A whooping cough is a serious disease. There are a lot of outbreaks around currently and so the Department of Health is offering pregnant women a free vaccination (currently the 4 in 1 Boostrix IPV both protect against whooping cough, diphtheria, tetanus and polio). When you are vaccinated, the antibodies to the disease will pass across the placenta so your baby will be born with immunity to the disease. This will protect him from contracting the disease as a newborn before he has his vaccination at 8 weeks.
There has been a big increase in cases of whooping cough since 2012 with over 400 babies catching whooping cough. Sadly 14 babies died in this period. It is a terrible disease that Essential Parent co-founder Dr Rebecca Chicot remembers her sister catching from older children as a newborn. Her sister was very ill and exhausted by the illness.
A whooping cough is a nasty bacterial infection that causes terrible coughing bouts and difficulty breathing. In babies, the whooping and coughing may not be a symptom but breathing is seriously impaired and may even stop.
The coughing can be so severe in adults that they break their ribs coughing and the effects can be dangerous with pneumonia and brain damage. Babies are particularly vulnerable and most will need to be treated in hospital. There is a real risk that babies can die from the infection.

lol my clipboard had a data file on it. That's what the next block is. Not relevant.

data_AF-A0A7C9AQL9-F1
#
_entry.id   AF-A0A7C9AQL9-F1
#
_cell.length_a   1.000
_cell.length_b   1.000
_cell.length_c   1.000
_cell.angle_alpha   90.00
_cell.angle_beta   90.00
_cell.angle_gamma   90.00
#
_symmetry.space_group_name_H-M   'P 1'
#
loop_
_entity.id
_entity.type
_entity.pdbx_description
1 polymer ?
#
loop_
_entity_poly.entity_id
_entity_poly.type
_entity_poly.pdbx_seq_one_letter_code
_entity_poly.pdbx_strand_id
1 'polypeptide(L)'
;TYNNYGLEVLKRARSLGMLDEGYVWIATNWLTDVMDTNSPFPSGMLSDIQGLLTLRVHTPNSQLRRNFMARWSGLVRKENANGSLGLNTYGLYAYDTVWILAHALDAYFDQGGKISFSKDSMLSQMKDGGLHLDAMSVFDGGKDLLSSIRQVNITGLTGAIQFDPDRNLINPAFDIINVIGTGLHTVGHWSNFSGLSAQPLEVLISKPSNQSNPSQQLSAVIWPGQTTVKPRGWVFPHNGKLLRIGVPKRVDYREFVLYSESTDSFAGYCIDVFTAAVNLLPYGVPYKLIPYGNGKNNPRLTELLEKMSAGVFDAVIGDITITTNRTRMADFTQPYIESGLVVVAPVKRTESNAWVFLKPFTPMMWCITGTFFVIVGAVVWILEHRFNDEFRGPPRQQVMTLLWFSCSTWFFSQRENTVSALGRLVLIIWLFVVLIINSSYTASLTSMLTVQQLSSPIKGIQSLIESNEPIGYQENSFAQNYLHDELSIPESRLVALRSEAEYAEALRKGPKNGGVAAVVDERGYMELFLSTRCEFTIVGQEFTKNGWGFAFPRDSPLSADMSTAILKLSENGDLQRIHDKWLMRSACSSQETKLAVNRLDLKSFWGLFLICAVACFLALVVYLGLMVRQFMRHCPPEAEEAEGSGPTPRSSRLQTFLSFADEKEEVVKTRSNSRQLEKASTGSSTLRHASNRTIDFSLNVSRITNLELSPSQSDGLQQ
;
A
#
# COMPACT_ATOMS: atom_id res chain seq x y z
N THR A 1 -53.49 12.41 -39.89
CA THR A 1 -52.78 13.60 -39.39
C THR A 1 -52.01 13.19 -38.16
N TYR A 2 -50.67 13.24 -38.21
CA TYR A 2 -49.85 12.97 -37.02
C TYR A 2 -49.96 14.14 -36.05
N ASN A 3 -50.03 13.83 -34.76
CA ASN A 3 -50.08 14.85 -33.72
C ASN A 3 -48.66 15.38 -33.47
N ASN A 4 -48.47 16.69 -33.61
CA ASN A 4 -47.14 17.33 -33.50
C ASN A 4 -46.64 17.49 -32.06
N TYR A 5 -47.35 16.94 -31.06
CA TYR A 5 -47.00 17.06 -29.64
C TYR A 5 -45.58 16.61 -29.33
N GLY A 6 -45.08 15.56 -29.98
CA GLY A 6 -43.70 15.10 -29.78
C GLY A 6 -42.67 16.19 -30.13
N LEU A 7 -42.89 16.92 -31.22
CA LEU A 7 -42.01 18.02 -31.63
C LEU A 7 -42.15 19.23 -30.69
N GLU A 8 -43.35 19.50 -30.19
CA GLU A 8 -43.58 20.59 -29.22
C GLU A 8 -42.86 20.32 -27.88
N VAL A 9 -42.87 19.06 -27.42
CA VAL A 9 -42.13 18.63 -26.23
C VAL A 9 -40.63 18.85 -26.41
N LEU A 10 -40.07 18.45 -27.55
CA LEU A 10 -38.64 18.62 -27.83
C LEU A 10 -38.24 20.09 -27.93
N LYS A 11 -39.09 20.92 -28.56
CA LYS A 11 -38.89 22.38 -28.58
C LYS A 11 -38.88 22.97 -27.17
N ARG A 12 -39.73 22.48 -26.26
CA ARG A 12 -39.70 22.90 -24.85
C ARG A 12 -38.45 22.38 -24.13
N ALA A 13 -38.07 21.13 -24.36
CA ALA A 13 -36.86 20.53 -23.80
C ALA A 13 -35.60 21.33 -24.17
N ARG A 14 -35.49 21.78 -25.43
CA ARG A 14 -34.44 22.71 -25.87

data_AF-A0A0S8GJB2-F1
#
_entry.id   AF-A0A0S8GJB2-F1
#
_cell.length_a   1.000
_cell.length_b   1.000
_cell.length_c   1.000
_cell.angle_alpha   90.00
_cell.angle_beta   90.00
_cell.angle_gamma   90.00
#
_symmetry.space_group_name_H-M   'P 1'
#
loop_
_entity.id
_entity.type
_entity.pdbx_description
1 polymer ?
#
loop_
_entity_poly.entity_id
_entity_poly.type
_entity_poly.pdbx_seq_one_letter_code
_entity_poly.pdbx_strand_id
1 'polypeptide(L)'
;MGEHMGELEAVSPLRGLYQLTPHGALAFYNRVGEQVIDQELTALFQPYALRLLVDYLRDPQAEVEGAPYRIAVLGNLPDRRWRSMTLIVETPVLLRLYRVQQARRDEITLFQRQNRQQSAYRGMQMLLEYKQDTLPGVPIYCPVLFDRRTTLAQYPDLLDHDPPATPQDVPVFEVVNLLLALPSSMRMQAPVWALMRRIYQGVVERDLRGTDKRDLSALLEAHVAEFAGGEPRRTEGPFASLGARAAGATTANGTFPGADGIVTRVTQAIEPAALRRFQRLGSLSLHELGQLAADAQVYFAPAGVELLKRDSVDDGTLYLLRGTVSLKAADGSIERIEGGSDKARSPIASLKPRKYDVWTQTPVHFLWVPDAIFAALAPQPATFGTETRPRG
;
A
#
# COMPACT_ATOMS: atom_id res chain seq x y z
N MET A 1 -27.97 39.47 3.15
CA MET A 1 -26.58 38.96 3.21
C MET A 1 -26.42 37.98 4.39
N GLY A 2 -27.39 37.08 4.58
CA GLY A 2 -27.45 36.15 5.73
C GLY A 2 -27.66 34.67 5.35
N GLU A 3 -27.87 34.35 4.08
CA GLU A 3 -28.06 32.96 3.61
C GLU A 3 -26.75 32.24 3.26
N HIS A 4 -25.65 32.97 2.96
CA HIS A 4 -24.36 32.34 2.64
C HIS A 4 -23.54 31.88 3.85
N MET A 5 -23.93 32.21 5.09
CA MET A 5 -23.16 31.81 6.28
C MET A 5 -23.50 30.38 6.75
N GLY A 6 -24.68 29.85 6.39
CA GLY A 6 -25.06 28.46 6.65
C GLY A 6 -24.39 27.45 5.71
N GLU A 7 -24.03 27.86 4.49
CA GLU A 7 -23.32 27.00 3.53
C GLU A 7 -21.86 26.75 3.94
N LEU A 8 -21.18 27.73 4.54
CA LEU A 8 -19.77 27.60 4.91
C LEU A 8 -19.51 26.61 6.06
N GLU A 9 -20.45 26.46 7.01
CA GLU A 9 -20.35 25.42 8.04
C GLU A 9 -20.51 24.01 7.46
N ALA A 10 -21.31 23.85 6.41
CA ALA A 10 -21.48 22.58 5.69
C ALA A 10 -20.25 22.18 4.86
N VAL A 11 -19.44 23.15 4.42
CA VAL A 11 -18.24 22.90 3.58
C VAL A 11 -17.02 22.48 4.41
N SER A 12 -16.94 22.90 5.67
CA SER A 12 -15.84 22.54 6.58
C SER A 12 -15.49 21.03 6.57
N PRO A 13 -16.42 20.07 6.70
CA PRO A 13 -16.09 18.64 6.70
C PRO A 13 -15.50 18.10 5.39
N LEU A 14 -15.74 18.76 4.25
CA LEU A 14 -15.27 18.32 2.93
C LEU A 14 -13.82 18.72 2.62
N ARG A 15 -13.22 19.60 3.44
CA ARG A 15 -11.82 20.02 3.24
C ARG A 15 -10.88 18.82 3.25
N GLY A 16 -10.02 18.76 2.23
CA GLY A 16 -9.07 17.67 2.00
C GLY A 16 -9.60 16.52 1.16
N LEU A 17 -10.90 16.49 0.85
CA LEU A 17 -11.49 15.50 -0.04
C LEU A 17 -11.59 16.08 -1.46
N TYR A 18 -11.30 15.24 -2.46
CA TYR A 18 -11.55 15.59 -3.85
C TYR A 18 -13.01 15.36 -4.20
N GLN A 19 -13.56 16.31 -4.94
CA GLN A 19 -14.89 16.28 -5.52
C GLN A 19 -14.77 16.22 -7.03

Even if you were immunised against whooping cough as a child, the protection you had as a child will have worn off. You will need to have the vaccination again to protect your baby.
Pregnant women are offered the vaccination between 28 to 38 weeks. This is to maximise the chances of passing across the potentially life-saving antibodies to the virus but not too late to miss mums who give birth prematurely.
It’s really nerve-wracking deciding whether to have medicine or vaccinations while you are pregnant since you feel vulnerable and very protective of your baby. You are trying to weigh perceived or real risks to your baby in the womb versus risks after they are born.
The vaccine has been used regularly in the UK since 2012, and there is no evidence to suggest that it is unsafe for you or your unborn baby. However, the vaccine hasn’t been tested on pregnant women because clinical trials rarely include them. Similar vaccines have been used in other Western countries without evidence of risks to either pregnant women or their babies. In addition, the Department of Health and parents need to weigh up the risks of babies contracting whooping cough before 8 weeks of age versus vaccine side effects. The Department of Health currently strongly recommends taking the vaccine to protect your baby.
In addition, the vaccine doesn’t contain ‘live’ whooping cough so you cannot be infected with it yourself.